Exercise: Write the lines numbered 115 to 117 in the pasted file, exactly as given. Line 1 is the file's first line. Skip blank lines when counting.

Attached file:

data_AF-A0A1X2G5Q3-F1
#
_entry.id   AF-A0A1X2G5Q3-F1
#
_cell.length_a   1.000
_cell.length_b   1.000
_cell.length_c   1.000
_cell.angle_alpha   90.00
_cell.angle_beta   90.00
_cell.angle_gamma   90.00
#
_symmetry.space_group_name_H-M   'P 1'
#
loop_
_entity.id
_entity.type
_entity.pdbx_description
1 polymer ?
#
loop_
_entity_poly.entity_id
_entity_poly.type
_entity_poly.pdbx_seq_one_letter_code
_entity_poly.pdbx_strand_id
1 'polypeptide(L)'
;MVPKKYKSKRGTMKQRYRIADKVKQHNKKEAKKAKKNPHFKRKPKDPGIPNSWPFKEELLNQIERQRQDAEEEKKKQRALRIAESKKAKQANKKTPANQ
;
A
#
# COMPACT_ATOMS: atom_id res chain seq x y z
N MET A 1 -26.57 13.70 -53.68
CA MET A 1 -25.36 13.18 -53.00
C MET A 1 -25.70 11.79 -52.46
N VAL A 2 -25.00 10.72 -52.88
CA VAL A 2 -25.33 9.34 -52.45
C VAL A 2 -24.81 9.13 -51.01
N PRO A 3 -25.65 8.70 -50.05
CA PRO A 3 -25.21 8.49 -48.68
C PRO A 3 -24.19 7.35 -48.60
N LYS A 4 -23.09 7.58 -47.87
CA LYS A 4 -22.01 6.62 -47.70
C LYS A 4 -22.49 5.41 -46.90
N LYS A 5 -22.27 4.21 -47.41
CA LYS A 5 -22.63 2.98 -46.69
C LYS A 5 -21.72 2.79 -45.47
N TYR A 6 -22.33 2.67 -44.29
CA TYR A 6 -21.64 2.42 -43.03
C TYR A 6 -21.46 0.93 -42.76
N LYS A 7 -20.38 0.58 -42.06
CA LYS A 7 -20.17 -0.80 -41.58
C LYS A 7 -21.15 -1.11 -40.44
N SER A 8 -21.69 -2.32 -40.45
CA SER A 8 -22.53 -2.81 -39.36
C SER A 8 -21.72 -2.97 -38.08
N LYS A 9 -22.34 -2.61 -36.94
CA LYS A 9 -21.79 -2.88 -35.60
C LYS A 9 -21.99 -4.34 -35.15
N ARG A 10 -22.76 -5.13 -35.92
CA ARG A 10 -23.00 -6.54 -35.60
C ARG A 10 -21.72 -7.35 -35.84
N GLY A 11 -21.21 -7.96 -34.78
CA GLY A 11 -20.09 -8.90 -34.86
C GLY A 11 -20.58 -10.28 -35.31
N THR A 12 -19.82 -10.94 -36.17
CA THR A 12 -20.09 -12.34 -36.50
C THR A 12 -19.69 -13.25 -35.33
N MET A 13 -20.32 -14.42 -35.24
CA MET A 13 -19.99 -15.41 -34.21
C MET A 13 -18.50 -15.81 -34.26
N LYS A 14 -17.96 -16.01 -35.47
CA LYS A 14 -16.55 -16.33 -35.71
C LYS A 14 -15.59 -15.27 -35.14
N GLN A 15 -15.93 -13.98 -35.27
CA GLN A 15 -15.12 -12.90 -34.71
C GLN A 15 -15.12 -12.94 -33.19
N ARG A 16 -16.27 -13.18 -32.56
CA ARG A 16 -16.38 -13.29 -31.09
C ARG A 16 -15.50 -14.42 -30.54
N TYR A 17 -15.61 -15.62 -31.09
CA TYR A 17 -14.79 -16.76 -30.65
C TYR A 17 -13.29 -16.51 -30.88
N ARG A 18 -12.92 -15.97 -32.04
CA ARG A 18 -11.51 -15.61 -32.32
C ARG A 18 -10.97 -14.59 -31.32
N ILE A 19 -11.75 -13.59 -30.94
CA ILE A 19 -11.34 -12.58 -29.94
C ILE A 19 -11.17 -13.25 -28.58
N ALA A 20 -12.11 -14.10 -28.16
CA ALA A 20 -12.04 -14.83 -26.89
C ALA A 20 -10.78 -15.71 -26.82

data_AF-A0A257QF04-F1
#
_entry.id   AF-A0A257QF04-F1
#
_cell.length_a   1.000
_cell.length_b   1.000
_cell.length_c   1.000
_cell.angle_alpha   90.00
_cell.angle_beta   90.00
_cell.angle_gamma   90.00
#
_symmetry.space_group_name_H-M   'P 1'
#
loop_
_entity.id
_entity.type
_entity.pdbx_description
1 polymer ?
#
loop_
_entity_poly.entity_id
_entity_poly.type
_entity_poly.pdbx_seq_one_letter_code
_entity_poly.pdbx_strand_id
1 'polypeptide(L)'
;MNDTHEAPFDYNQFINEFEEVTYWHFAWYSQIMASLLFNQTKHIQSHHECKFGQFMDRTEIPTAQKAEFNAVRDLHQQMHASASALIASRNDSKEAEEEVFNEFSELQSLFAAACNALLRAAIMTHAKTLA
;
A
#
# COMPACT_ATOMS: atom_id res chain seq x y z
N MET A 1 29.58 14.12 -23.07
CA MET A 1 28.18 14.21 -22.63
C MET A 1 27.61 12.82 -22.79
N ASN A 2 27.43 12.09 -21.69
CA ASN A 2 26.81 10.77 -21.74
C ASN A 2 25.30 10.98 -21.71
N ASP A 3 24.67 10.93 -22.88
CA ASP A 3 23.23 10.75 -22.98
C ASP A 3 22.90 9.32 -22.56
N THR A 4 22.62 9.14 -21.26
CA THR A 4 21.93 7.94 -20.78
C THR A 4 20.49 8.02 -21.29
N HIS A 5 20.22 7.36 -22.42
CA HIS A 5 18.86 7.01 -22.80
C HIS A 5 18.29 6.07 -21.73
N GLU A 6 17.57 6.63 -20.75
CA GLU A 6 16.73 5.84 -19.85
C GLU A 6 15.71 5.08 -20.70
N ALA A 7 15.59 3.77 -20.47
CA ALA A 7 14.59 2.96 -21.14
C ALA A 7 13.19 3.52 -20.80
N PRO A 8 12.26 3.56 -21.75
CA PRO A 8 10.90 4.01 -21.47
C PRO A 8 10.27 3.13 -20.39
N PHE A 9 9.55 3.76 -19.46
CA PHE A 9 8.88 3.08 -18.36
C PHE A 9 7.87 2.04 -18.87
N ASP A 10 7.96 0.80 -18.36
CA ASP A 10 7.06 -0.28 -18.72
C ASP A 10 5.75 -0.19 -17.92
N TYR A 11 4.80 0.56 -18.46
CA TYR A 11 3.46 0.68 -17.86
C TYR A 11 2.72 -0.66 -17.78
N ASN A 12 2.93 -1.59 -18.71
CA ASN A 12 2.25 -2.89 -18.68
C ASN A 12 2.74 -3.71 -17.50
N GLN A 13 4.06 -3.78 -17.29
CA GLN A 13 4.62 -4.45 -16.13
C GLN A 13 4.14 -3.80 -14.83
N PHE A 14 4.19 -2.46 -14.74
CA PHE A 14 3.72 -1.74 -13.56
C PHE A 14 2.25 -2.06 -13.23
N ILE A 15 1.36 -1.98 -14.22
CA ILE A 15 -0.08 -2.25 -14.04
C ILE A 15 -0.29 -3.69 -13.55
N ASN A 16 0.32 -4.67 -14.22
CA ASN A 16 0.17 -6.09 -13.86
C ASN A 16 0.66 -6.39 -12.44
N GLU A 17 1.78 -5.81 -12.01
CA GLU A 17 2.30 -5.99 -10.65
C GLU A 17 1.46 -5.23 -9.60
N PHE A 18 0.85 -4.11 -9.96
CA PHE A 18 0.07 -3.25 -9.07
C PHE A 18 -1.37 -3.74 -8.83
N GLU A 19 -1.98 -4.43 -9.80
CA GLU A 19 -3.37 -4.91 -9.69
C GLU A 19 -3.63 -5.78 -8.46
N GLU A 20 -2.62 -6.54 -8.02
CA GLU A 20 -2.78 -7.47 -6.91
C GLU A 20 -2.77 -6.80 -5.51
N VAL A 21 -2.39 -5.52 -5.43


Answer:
1 'polypeptide(L)'
;MNDTHEAPFDYNQFINEFEEVTYWHFAWYSQIMASLLFNQTKHIQSHHECKFGQFMDRTEIPTAQKAEFNAVRDLHQQMHASASALIASRNDSKEAEEEVFNEFSELQSLFAAACNALLRAAIMTHAKTLA
;